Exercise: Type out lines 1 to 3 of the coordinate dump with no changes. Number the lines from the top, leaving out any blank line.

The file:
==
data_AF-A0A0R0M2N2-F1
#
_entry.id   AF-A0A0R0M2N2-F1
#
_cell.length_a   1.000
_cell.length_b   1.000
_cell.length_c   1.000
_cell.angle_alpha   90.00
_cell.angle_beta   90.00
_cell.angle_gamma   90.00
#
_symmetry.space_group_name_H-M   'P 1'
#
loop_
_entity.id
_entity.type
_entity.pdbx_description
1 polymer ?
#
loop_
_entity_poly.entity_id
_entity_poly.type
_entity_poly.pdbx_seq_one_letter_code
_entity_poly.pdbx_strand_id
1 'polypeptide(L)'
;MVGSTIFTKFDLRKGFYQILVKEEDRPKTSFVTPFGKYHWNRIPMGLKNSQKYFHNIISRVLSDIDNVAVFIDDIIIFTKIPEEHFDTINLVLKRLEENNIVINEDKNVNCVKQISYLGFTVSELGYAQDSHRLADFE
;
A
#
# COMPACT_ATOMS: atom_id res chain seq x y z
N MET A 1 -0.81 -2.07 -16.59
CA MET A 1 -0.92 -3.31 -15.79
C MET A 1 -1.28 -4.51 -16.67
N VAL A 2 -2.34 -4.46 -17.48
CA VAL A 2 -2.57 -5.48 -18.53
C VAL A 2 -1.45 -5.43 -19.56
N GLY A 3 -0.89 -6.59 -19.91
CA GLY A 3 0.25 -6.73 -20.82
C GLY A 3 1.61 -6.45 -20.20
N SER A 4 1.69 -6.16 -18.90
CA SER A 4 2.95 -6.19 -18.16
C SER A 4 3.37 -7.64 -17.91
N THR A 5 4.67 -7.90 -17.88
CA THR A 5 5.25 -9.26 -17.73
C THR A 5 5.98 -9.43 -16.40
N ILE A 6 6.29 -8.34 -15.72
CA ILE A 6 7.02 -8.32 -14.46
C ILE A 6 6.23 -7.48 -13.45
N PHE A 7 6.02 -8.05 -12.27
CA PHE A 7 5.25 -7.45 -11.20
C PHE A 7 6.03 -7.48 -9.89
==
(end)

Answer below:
data_AF-A0A0R0M2N2-F1
#
_entry.id   AF-A0A0R0M2N2-F1